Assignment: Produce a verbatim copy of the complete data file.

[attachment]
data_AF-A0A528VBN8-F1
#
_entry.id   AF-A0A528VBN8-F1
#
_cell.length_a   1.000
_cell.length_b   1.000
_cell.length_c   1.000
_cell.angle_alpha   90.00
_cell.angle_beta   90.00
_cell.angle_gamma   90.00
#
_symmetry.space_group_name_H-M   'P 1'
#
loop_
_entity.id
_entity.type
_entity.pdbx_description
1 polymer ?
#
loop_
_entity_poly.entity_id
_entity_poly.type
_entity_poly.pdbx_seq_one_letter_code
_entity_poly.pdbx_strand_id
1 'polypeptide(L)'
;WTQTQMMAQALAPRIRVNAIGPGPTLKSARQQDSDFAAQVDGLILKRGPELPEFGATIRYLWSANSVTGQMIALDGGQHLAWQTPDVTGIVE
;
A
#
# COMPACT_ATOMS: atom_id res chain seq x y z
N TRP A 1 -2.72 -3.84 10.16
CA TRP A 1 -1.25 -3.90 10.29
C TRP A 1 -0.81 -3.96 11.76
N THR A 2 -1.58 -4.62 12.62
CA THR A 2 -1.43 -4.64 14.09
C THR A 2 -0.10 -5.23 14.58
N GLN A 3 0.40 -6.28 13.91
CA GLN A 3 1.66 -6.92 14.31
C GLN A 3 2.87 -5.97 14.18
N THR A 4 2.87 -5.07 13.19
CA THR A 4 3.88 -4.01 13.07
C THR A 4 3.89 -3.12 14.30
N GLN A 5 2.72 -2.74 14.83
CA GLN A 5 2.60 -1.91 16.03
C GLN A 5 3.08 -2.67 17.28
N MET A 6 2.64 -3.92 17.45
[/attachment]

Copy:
data_AF-A0A528VBN8-F1
#
_entry.id   AF-A0A528VBN8-F1
#
_cell.length_a   1.000
_cell.length_b   1.000
_cell.length_c   1.000
_cell.angle_alpha   90.00
_cell.angle_beta   90.00
_cell.angle_gamma   90.00
#
_symmetry.space_group_name_H-M   'P 1'
#
loop_
_entity.id
_entity.type
_entity.pdbx_description
1 polymer ?
#
loop_
_entity_poly.entity_id
_entity_poly.type
_entity_poly.pdbx_seq_one_letter_code
_entity_poly.pdbx_strand_id
1 'polypeptide(L)'
;WTQTQMMAQALAPRIRVNAIGPGPTLKSARQQDSDFAAQVDGLILKRGPELPEFGATIRYLWSANSVTGQMIALDGGQHLAWQTPDVTGIVE
;
A
#
# COMPACT_ATOMS: atom_id res chain seq x y z
N TRP A 1 -2.72 -3.84 10.16
CA TRP A 1 -1.25 -3.90 10.29
C TRP A 1 -0.81 -3.96 11.76
N THR A 2 -1.58 -4.62 12.62
CA THR A 2 -1.43 -4.64 14.09
C THR A 2 -0.10 -5.23 14.58
N GLN A 3 0.40 -6.28 13.91
CA GLN A 3 1.66 -6.92 14.31
C GLN A 3 2.87 -5.97 14.18
N THR A 4 2.87 -5.07 13.19
CA THR A 4 3.88 -4.01 13.07
C THR A 4 3.89 -3.12 14.30
N GLN A 5 2.72 -2.74 14.83
CA GLN A 5 2.60 -1.91 16.03
C GLN A 5 3.08 -2.67 17.28
N MET A 6 2.64 -3.92 17.45